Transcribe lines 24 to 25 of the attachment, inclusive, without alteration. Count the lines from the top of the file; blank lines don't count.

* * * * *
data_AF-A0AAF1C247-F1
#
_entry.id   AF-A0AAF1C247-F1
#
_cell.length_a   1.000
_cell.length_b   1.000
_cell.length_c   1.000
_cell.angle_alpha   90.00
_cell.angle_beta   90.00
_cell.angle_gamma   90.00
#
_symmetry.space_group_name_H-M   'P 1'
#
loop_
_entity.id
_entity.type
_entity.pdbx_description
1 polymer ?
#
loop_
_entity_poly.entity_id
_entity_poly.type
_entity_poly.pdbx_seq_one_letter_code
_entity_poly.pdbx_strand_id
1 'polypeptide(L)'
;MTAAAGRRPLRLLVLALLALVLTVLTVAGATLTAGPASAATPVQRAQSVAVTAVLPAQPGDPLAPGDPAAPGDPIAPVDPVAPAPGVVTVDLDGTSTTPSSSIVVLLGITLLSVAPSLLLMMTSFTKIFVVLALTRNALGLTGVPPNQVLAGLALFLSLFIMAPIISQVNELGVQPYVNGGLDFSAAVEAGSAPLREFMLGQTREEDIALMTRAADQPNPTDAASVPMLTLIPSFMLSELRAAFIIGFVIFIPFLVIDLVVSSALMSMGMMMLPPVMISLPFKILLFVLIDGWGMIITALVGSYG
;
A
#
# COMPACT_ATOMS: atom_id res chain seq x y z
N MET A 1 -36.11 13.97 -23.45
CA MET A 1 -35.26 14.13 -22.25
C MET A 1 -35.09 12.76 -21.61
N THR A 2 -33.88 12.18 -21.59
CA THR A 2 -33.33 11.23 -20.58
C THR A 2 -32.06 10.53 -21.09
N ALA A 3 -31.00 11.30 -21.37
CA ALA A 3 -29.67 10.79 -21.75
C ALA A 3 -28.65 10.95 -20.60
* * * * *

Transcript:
_entity_poly.pdbx_strand_id
1 'polypeptide(L)'